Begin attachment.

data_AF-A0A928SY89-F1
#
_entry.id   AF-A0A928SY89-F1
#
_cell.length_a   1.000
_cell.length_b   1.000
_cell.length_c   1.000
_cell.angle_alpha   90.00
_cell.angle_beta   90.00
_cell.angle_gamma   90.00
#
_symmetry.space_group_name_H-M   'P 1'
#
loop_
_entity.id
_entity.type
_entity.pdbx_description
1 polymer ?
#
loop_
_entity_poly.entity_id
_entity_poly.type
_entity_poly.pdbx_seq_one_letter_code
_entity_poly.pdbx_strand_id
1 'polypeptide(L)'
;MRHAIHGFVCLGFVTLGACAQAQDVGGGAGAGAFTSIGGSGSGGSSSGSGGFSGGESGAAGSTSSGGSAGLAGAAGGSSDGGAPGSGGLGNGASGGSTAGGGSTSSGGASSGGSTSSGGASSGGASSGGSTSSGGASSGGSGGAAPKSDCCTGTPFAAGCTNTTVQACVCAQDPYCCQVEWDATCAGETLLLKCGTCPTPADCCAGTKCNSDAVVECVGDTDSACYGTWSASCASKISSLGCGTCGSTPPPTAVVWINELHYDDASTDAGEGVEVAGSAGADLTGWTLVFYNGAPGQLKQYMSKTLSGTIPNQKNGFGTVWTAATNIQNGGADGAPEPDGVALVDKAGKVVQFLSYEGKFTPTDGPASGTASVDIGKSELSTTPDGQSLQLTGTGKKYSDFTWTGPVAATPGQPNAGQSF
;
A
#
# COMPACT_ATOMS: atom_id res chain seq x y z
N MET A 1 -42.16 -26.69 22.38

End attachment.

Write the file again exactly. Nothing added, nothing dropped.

data_AF-A0A928SY89-F1
#
_entry.id   AF-A0A928SY89-F1
#
_cell.length_a   1.000
_cell.length_b   1.000
_cell.length_c   1.000
_cell.angle_alpha   90.00
_cell.angle_beta   90.00
_cell.angle_gamma   90.00
#
_symmetry.space_group_name_H-M   'P 1'
#
loop_
_entity.id
_entity.type
_entity.pdbx_description
1 polymer ?
#
loop_
_entity_poly.entity_id
_entity_poly.type
_entity_poly.pdbx_seq_one_letter_code
_entity_poly.pdbx_strand_id
1 'polypeptide(L)'
;MRHAIHGFVCLGFVTLGACAQAQDVGGGAGAGAFTSIGGSGSGGSSSGSGGFSGGESGAAGSTSSGGSAGLAGAAGGSSDGGAPGSGGLGNGASGGSTAGGGSTSSGGASSGGSTSSGGASSGGASSGGSTSSGGASSGGSGGAAPKSDCCTGTPFAAGCTNTTVQACVCAQDPYCCQVEWDATCAGETLLLKCGTCPTPADCCAGTKCNSDAVVECVGDTDSACYGTWSASCASKISSLGCGTCGSTPPPTAVVWINELHYDDASTDAGEGVEVAGSAGADLTGWTLVFYNGAPGQLKQYMSKTLSGTIPNQKNGFGTVWTAATNIQNGGADGAPEPDGVALVDKAGKVVQFLSYEGKFTPTDGPASGTASVDIGKSELSTTPDGQSLQLTGTGKKYSDFTWTGPVAATPGQPNAGQSF
;
A
#
# COMPACT_ATOMS: atom_id res chain seq x y z
N MET A 1 -42.16 -26.69 22.38